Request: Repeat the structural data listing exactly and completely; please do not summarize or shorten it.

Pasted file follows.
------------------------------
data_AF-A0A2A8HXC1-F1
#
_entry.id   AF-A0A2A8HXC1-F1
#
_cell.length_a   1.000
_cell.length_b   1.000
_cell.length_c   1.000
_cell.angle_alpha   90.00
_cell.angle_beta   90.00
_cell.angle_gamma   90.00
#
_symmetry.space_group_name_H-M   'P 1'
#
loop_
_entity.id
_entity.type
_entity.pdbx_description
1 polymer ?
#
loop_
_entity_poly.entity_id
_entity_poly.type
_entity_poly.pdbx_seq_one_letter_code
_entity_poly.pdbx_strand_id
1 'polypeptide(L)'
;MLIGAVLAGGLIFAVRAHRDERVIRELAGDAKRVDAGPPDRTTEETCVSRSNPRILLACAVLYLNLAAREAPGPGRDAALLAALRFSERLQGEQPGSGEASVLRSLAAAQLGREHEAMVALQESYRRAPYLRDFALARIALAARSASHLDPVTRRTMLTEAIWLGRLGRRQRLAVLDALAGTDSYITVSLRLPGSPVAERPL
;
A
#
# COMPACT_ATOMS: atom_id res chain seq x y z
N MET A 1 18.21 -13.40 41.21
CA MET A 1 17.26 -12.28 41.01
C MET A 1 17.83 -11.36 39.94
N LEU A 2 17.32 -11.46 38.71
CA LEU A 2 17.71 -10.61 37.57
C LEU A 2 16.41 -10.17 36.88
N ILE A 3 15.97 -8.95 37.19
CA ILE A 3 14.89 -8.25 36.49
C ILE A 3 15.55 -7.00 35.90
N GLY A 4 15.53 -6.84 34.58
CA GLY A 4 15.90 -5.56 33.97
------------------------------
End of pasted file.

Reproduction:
data_AF-A0A2A8HXC1-F1
#
_entry.id   AF-A0A2A8HXC1-F1
#
_cell.length_a   1.000
_cell.length_b   1.000
_cell.length_c   1.000
_cell.angle_alpha   90.00
_cell.angle_beta   90.00
_cell.angle_gamma   90.00
#
_symmetry.space_group_name_H-M   'P 1'
#
loop_
_entity.id
_entity.type
_entity.pdbx_description
1 polymer ?
#
loop_
_entity_poly.entity_id
_entity_poly.type
_entity_poly.pdbx_seq_one_letter_code
_entity_poly.pdbx_strand_id
1 'polypeptide(L)'
;MLIGAVLAGGLIFAVRAHRDERVIRELAGDAKRVDAGPPDRTTEETCVSRSNPRILLACAVLYLNLAAREAPGPGRDAALLAALRFSERLQGEQPGSGEASVLRSLAAAQLGREHEAMVALQESYRRAPYLRDFALARIALAARSASHLDPVTRRTMLTEAIWLGRLGRRQRLAVLDALAGTDSYITVSLRLPGSPVAERPL
;
A
#
# COMPACT_ATOMS: atom_id res chain seq x y z
N MET A 1 18.21 -13.40 41.21
CA MET A 1 17.26 -12.28 41.01
C MET A 1 17.83 -11.36 39.94
N LEU A 2 17.32 -11.46 38.71
CA LEU A 2 17.71 -10.61 37.57
C LEU A 2 16.41 -10.17 36.88
N ILE A 3 15.97 -8.95 37.19
CA ILE A 3 14.89 -8.25 36.49
C ILE A 3 15.55 -7.00 35.90
N GLY A 4 15.53 -6.84 34.58
CA GLY A 4 15.90 -5.56 33.97